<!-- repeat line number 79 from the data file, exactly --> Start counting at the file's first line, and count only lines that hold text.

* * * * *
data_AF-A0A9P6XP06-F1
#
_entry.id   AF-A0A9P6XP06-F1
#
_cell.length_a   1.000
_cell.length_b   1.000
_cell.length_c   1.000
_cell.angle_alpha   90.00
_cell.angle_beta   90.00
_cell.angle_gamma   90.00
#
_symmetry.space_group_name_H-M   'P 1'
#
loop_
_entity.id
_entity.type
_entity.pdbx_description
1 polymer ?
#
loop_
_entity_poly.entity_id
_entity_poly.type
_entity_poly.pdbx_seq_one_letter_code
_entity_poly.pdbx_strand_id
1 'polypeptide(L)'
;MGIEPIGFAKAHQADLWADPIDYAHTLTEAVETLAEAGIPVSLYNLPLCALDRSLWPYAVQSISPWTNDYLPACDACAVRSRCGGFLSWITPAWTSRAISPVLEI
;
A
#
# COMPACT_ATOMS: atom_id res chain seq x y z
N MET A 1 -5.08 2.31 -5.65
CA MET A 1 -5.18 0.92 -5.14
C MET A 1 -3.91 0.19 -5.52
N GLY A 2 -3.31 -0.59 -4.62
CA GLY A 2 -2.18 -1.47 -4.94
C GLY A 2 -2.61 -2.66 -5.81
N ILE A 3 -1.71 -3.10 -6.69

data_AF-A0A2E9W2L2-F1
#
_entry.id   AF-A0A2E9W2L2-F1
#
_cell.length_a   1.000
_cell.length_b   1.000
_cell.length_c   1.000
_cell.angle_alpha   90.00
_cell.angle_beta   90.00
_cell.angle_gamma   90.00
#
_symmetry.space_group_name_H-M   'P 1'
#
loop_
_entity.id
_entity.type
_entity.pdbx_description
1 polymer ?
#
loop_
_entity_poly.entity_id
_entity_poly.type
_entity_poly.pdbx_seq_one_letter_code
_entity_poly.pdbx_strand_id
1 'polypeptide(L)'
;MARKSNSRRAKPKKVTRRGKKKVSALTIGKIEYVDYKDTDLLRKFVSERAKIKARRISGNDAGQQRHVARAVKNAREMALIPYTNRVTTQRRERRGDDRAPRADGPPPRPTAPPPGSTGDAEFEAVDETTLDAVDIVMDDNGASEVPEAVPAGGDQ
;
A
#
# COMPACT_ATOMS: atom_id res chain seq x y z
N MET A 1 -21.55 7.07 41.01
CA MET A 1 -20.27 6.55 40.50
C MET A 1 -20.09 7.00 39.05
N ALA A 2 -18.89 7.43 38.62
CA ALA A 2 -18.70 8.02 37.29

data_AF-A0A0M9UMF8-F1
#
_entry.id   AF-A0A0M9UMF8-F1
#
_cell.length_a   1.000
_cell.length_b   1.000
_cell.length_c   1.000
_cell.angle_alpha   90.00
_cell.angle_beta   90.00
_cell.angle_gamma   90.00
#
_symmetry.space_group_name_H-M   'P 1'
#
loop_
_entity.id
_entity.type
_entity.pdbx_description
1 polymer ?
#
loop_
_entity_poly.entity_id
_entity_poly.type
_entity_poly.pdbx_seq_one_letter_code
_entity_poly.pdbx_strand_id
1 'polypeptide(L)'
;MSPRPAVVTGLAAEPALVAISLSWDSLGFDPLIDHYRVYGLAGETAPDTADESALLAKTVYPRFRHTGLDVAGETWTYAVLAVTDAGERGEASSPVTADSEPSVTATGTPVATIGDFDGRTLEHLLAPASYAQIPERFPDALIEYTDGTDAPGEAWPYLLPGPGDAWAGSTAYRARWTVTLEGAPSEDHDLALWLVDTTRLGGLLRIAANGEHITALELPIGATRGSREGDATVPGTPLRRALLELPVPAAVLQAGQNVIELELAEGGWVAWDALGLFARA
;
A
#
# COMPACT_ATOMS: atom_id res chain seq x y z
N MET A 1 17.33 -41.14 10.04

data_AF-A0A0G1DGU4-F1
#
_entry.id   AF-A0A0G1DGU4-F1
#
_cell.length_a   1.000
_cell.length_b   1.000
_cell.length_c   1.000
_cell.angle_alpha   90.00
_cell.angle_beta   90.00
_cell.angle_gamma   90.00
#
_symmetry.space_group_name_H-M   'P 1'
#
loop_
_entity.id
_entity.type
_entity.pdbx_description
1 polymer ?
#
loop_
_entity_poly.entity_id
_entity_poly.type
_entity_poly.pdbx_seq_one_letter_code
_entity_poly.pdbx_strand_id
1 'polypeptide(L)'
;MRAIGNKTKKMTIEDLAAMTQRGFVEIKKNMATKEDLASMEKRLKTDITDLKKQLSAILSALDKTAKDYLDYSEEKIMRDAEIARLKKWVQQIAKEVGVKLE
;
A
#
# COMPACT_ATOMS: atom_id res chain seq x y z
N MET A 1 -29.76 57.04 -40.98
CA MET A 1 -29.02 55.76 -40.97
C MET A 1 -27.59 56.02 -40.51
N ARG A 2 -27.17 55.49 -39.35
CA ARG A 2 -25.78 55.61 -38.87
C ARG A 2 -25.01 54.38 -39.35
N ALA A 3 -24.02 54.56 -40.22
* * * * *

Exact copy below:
_cell.length_c   1.000